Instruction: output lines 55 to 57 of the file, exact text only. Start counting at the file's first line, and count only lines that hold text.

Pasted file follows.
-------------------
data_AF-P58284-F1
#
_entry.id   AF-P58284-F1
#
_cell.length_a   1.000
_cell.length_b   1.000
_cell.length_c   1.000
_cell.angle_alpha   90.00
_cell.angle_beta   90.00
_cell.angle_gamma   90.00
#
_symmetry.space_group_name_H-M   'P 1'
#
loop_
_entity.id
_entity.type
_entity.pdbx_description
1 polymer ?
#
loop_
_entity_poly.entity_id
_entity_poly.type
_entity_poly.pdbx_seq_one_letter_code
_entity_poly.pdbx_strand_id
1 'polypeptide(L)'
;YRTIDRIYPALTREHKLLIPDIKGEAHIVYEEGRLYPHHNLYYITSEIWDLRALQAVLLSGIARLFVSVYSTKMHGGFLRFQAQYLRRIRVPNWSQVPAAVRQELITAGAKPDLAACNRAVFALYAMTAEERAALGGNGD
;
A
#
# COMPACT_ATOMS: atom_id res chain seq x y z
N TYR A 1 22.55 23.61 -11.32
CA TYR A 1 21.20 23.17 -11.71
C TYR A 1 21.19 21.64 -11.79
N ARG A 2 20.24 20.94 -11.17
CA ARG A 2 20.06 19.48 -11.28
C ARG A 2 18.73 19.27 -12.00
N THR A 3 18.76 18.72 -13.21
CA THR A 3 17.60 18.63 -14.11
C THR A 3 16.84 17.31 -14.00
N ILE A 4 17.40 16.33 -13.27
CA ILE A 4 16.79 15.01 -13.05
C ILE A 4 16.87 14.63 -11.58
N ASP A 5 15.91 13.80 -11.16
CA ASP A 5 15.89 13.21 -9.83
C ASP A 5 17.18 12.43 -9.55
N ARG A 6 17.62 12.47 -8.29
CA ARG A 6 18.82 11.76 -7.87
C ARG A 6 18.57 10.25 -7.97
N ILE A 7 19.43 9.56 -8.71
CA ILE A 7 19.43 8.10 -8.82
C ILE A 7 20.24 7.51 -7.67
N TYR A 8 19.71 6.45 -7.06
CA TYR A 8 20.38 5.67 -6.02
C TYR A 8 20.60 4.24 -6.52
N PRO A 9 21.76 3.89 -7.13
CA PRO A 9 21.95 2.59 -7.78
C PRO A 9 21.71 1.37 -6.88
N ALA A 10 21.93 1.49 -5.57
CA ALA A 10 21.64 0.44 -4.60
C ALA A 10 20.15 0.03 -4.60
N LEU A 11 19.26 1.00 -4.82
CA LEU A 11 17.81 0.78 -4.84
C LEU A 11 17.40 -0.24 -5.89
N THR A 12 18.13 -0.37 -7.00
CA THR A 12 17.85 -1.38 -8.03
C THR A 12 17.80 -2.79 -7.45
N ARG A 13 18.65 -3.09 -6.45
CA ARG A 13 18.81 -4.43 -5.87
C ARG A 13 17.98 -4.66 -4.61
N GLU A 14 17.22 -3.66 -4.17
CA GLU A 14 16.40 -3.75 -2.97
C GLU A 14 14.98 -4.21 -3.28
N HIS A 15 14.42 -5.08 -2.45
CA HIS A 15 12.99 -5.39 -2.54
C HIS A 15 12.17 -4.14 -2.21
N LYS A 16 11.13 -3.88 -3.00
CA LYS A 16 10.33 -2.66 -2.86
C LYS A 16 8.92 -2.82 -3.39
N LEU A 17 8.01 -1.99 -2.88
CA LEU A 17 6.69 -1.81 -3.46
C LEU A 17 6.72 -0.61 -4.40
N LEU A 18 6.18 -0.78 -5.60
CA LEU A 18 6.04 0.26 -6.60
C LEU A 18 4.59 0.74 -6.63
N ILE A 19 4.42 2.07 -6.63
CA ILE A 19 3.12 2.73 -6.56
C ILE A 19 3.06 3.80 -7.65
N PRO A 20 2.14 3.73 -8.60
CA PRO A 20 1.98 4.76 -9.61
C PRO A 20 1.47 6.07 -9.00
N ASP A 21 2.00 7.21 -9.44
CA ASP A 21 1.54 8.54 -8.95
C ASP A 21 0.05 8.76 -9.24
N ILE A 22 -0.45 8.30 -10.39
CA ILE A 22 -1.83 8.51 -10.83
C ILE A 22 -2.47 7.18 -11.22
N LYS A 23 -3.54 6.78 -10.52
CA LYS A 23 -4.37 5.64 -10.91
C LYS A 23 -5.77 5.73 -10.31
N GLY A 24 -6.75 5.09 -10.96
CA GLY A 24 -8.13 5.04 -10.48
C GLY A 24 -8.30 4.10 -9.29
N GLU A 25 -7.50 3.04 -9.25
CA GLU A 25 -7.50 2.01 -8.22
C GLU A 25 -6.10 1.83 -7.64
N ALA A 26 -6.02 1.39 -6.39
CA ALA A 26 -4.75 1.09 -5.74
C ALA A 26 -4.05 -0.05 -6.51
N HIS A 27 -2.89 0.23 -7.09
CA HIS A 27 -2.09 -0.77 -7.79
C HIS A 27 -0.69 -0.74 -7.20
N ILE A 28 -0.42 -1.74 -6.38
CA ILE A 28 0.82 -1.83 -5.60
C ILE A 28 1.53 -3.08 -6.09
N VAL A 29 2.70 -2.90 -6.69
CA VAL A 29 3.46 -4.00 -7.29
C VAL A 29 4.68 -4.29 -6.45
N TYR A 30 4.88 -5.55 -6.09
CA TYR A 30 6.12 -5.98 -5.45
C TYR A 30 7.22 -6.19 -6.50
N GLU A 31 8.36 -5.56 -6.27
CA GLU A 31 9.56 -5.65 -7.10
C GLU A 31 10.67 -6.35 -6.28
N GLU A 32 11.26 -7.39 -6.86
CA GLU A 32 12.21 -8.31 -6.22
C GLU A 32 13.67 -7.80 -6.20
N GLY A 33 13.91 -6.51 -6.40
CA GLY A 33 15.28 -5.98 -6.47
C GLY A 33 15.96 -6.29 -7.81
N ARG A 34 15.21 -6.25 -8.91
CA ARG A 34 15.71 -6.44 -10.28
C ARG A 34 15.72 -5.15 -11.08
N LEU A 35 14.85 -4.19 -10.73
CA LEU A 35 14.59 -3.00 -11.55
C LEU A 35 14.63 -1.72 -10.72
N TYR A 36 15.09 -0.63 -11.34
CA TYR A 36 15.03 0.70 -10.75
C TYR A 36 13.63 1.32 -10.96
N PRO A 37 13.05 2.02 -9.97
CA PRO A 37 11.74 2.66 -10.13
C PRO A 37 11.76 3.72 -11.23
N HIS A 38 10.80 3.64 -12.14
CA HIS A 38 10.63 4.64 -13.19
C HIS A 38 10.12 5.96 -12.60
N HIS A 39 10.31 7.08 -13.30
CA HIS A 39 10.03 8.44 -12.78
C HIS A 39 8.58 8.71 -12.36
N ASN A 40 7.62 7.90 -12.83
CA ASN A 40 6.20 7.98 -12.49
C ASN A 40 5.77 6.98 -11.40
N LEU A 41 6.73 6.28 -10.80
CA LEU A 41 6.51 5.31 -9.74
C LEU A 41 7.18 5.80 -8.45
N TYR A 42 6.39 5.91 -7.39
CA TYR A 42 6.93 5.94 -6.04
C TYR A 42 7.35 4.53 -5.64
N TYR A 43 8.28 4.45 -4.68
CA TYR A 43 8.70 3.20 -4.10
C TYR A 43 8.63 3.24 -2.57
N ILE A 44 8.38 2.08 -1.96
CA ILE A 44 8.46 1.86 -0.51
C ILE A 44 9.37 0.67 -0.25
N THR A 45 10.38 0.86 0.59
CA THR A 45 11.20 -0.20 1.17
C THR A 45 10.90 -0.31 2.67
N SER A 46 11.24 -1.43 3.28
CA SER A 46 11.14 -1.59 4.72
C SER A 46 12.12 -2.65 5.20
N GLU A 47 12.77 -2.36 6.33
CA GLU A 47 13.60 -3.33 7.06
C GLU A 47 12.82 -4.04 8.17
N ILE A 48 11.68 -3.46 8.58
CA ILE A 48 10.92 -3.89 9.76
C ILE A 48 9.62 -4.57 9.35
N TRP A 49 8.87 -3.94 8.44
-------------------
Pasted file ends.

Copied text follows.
N PRO A 9 21.76 3.89 -7.13
CA PRO A 9 21.95 2.59 -7.78
C PRO A 9 21.71 1.37 -6.88